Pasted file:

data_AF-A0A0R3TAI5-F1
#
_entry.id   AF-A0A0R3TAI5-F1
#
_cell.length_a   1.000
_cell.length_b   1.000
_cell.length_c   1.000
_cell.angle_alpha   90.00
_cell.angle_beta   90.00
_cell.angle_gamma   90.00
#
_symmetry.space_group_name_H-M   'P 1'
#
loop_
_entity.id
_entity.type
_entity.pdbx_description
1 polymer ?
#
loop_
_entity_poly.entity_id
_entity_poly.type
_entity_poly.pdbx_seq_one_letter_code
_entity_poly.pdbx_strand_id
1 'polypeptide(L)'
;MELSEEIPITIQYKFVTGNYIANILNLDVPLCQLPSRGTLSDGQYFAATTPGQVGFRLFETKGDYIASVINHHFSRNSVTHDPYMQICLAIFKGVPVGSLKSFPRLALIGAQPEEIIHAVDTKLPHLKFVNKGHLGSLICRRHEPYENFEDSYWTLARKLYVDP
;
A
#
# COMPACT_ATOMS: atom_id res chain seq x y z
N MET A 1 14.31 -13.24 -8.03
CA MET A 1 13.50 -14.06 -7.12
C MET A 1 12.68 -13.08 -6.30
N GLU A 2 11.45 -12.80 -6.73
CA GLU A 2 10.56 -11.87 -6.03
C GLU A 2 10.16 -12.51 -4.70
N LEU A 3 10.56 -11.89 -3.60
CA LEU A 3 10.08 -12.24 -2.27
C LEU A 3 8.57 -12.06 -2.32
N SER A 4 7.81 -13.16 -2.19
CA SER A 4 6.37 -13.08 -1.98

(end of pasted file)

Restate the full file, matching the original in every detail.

data_AF-A0A0R3TAI5-F1
#
_entry.id   AF-A0A0R3TAI5-F1
#
_cell.length_a   1.000
_cell.length_b   1.000
_cell.length_c   1.000
_cell.angle_alpha   90.00
_cell.angle_beta   90.00
_cell.angle_gamma   90.00
#
_symmetry.space_group_name_H-M   'P 1'
#
loop_
_entity.id
_entity.type
_entity.pdbx_description
1 polymer ?
#
loop_
_entity_poly.entity_id
_entity_poly.type
_entity_poly.pdbx_seq_one_letter_code
_entity_poly.pdbx_strand_id
1 'polypeptide(L)'
;MELSEEIPITIQYKFVTGNYIANILNLDVPLCQLPSRGTLSDGQYFAATTPGQVGFRLFETKGDYIASVINHHFSRNSVTHDPYMQICLAIFKGVPVGSLKSFPRLALIGAQPEEIIHAVDTKLPHLKFVNKGHLGSLICRRHEPYENFEDSYWTLARKLYVDP
;
A
#
# COMPACT_ATOMS: atom_id res chain seq x y z
N MET A 1 14.31 -13.24 -8.03
CA MET A 1 13.50 -14.06 -7.12
C MET A 1 12.68 -13.08 -6.30
N GLU A 2 11.45 -12.80 -6.73
CA GLU A 2 10.56 -11.87 -6.03
C GLU A 2 10.16 -12.51 -4.70
N LEU A 3 10.56 -11.89 -3.60
CA LEU A 3 10.08 -12.24 -2.27
C LEU A 3 8.57 -12.06 -2.32
N SER A 4 7.81 -13.16 -2.19
CA SER A 4 6.37 -13.08 -1.98